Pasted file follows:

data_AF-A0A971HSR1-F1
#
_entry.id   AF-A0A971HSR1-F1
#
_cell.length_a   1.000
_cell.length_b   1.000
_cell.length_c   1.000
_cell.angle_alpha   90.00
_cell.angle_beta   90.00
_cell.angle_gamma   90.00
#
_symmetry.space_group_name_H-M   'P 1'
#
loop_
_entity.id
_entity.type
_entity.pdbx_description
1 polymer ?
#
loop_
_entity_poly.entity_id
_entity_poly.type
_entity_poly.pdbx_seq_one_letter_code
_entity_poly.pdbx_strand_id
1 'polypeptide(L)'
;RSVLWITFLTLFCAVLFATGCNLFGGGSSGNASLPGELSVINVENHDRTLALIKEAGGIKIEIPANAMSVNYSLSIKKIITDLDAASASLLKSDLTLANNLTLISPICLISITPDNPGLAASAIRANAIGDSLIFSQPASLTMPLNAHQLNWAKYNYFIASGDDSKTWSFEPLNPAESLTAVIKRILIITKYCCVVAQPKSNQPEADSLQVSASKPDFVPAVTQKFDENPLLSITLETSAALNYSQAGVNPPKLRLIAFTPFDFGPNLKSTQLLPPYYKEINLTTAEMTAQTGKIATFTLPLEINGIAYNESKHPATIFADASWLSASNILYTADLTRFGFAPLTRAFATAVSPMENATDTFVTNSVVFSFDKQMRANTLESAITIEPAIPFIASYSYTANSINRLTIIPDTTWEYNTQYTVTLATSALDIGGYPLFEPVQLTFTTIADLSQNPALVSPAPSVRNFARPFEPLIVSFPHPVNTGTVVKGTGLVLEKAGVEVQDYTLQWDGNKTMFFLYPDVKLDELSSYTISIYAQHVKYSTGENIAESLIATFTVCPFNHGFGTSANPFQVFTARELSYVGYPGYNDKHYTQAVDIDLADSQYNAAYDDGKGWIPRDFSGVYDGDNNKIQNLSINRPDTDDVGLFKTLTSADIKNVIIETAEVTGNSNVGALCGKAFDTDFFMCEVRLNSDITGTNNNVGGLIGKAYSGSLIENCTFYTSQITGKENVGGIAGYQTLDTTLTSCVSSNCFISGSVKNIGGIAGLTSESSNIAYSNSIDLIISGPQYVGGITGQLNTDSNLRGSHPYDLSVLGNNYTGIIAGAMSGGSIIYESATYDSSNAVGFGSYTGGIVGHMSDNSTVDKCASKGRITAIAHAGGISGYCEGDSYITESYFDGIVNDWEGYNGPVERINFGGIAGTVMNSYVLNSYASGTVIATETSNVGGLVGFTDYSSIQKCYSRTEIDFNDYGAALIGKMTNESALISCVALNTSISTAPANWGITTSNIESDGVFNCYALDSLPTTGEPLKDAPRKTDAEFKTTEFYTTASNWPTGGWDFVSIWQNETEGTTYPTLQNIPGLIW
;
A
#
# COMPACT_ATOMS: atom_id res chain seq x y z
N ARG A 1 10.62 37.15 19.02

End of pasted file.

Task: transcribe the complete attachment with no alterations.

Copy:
data_AF-A0A971HSR1-F1
#
_entry.id   AF-A0A971HSR1-F1
#
_cell.length_a   1.000
_cell.length_b   1.000
_cell.length_c   1.000
_cell.angle_alpha   90.00
_cell.angle_beta   90.00
_cell.angle_gamma   90.00
#
_symmetry.space_group_name_H-M   'P 1'
#
loop_
_entity.id
_entity.type
_entity.pdbx_description
1 polymer ?
#
loop_
_entity_poly.entity_id
_entity_poly.type
_entity_poly.pdbx_seq_one_letter_code
_entity_poly.pdbx_strand_id
1 'polypeptide(L)'
;RSVLWITFLTLFCAVLFATGCNLFGGGSSGNASLPGELSVINVENHDRTLALIKEAGGIKIEIPANAMSVNYSLSIKKIITDLDAASASLLKSDLTLANNLTLISPICLISITPDNPGLAASAIRANAIGDSLIFSQPASLTMPLNAHQLNWAKYNYFIASGDDSKTWSFEPLNPAESLTAVIKRILIITKYCCVVAQPKSNQPEADSLQVSASKPDFVPAVTQKFDENPLLSITLETSAALNYSQAGVNPPKLRLIAFTPFDFGPNLKSTQLLPPYYKEINLTTAEMTAQTGKIATFTLPLEINGIAYNESKHPATIFADASWLSASNILYTADLTRFGFAPLTRAFATAVSPMENATDTFVTNSVVFSFDKQMRANTLESAITIEPAIPFIASYSYTANSINRLTIIPDTTWEYNTQYTVTLATSALDIGGYPLFEPVQLTFTTIADLSQNPALVSPAPSVRNFARPFEPLIVSFPHPVNTGTVVKGTGLVLEKAGVEVQDYTLQWDGNKTMFFLYPDVKLDELSSYTISIYAQHVKYSTGENIAESLIATFTVCPFNHGFGTSANPFQVFTARELSYVGYPGYNDKHYTQAVDIDLADSQYNAAYDDGKGWIPRDFSGVYDGDNNKIQNLSINRPDTDDVGLFKTLTSADIKNVIIETAEVTGNSNVGALCGKAFDTDFFMCEVRLNSDITGTNNNVGGLIGKAYSGSLIENCTFYTSQITGKENVGGIAGYQTLDTTLTSCVSSNCFISGSVKNIGGIAGLTSESSNIAYSNSIDLIISGPQYVGGITGQLNTDSNLRGSHPYDLSVLGNNYTGIIAGAMSGGSIIYESATYDSSNAVGFGSYTGGIVGHMSDNSTVDKCASKGRITAIAHAGGISGYCEGDSYITESYFDGIVNDWEGYNGPVERINFGGIAGTVMNSYVLNSYASGTVIATETSNVGGLVGFTDYSSIQKCYSRTEIDFNDYGAALIGKMTNESALISCVALNTSISTAPANWGITTSNIESDGVFNCYALDSLPTTGEPLKDAPRKTDAEFKTTEFYTTASNWPTGGWDFVSIWQNETEGTTYPTLQNIPGLIW
;
A
#
# COMPACT_ATOMS: atom_id res chain seq x y z
N ARG A 1 10.62 37.15 19.02